upper waypoint

Another Year, Another Effort to Expand Disability Benefits for Federal Firefighters

Save ArticleSave Article
Failed to save article

Please try again

The Soberanes Fire cost $206.7 million to fight as of Sept. 20, 2016. (U.S. Forest Service/Flickr)

Rep. Salud Carbajal (D-Santa Barbara) has introduced legislation that would make it easier for tens of thousands of federal firefighters, many of them in California, to get disability benefits.

Firefighters for the federal departments of Defense, Interior, and Agriculture have to prove exactly what job-related experience made them sick to get coverage from the federal government. For instance, if they get cancer, they need to point out which particular incident gave them the disease.

Firefighter advocates say it's easier for state and local fire responders to get such coverage.

"They (federal firefighters) do the same job but yet they're not afforded the same benefits," Carbajal said in an interview. "They are currently treated as second-class firefighters."

Battling fire and breathing smoke and other chemicals brings with it a risk of a variety of diseases. A study by the Centers for Disease Control and Prevention showed higher rates of certain types of cancer among firefighters compared with the general population.


The bar shouldn't be higher for firefighters at the federal level to prove such conditions have made them sick over time, Carbajal said.

His legislation would shift the burden of proof from federal firefighters to the Department of Labor. It would "create a presumption that a disability or death of a federal employee in fire protection activities caused by any of certain diseases is the result of the performance of such employee's duty," the proposal states.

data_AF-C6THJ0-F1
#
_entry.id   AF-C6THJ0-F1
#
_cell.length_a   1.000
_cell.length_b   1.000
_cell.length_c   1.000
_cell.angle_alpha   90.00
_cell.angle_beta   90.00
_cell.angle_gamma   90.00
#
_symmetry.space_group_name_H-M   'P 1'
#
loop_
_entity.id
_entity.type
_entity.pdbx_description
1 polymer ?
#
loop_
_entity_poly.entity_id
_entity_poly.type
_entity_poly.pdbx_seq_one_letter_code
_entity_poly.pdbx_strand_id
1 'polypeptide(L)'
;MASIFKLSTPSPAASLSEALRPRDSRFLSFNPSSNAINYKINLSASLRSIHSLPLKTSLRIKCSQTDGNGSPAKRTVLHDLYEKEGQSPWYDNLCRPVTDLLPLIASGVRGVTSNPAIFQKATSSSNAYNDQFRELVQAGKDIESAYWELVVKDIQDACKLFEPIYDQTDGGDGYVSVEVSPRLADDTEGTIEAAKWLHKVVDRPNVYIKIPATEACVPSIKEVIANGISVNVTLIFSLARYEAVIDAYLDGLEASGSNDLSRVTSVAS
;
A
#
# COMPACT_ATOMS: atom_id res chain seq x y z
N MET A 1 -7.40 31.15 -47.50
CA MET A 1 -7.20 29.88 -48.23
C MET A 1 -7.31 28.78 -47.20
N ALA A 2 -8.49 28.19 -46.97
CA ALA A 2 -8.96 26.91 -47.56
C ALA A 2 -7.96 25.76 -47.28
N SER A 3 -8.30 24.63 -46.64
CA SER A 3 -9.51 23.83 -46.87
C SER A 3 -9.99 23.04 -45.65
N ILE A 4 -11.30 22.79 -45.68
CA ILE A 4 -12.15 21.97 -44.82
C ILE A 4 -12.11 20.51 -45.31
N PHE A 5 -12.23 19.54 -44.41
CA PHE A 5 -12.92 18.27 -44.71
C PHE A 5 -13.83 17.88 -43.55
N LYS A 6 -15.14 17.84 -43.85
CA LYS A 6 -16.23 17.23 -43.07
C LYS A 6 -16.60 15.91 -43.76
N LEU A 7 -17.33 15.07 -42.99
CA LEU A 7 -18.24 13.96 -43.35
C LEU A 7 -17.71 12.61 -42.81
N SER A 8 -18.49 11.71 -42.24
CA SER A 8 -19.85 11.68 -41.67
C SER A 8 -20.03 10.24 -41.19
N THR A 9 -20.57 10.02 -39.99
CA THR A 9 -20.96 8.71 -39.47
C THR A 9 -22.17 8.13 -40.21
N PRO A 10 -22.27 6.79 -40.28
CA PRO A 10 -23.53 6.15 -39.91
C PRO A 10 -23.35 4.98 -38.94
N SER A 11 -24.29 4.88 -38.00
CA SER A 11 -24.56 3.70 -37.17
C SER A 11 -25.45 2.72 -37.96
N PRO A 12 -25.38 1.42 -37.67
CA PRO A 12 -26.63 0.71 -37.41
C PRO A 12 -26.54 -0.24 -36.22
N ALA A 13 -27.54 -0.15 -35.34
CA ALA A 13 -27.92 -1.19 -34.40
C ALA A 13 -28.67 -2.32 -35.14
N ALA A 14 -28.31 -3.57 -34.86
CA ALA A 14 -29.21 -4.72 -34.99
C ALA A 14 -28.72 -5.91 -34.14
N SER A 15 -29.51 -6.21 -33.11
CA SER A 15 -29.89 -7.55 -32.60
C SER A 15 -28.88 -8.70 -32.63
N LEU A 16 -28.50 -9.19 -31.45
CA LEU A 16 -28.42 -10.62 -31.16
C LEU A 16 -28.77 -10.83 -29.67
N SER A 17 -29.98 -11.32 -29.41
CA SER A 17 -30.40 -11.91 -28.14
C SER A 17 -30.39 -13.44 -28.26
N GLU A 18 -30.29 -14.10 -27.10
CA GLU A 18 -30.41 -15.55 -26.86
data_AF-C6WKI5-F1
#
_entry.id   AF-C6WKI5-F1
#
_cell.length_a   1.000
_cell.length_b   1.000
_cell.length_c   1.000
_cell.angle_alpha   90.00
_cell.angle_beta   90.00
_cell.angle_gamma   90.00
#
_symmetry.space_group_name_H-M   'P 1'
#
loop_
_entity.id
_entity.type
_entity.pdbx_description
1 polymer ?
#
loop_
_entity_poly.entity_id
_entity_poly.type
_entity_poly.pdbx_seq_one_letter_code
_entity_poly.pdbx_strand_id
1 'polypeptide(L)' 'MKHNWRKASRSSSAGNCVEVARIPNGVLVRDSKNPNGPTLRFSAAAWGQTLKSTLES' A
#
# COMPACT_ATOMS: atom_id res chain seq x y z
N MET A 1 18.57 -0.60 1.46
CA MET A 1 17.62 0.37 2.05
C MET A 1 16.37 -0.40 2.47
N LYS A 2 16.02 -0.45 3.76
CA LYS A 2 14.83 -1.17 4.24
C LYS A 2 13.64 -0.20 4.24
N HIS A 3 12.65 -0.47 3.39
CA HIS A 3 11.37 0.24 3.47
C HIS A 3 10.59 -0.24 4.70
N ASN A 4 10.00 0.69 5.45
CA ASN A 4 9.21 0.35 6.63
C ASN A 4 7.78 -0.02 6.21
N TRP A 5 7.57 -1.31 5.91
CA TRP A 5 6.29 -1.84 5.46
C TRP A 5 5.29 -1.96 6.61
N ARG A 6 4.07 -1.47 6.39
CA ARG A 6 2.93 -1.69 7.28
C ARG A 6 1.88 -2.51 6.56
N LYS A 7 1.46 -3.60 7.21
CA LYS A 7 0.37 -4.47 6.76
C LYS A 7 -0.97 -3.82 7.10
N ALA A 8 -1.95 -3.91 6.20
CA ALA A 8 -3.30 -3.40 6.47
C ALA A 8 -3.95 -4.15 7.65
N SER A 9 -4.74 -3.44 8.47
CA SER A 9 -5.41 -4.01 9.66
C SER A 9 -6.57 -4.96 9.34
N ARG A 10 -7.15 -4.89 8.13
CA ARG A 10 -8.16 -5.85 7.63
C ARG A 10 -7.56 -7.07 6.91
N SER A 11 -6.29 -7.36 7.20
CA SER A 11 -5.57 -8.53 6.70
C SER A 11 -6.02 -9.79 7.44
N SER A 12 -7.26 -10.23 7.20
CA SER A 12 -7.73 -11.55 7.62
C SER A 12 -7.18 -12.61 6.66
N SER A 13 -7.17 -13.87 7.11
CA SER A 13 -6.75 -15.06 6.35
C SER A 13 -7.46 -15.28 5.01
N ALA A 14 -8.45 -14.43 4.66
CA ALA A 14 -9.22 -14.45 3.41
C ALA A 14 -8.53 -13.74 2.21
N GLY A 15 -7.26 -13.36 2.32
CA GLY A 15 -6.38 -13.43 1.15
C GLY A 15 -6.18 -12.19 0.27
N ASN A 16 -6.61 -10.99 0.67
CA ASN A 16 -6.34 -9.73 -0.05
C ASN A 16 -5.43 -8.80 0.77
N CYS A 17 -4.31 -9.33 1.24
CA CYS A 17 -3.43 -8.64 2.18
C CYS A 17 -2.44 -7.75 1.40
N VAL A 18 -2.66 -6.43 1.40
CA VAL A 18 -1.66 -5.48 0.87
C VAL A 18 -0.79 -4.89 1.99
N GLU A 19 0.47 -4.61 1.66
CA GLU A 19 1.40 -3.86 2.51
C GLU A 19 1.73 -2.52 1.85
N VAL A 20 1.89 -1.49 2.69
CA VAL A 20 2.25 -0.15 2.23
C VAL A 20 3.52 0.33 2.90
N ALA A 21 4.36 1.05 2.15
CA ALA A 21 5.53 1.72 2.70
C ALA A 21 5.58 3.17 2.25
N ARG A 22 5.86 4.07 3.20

The change would affect thousands in California. The U.S. Forest Service alone expects to have 5,000 firefighters available for wildland fire response this year, agency officials said.

"Fires are now year-round, especially in California," Carbajal said, adding that the state relies heavily on federal firefighters to battle some of the nation's largest wildfires. For instance, the Forest Service was heavily involved in the fight against the Soberanes Fire that burned more than 130,000 acres near Big Sur last year and became the costliest wildfire in U.S. history.

On Thursday, Carbajal officially announced the legislation, called the Federal Firefighters Fairness Act of 2017, during a news conference in Lompoc (Santa Barbara County).

He was joined by advocates for federal firefighters, including Charlie Martinez, president of Vandenberg Professional Firefighters.

"Federal firefighters are exposed to the same dangers on a day-to-day basis as their state and municipal brothers and sisters," Martinez said.

Efforts to reform the rules have been going on for 15 years, according to Michael Massone, director of federal firefighter issues at California Professional Firefighters.

"We're asking simply for parity," Massone said. Carbajal's bill "takes the burden away from somebody who's sick and fighting an occupational illness and also trying to fight their employer as well for pay benefits."

Carbajal's predecessor, Rep. Lois Capps, has introduced similar legislation repeatedly. But it's failed every time.

For years there's been opposition to expanding the protections from officials who question the link between firefighting and cancer.

The U.S. Office of Personnel Management, which develops many policies for federal employees, noted that Carbajal's proposal would amend federal code that's administered by the U.S. Department of Labor and referred comment to that federal agency.

A Labor Department spokesman has yet to reply to requests for comment.

lower waypoint
next waypoint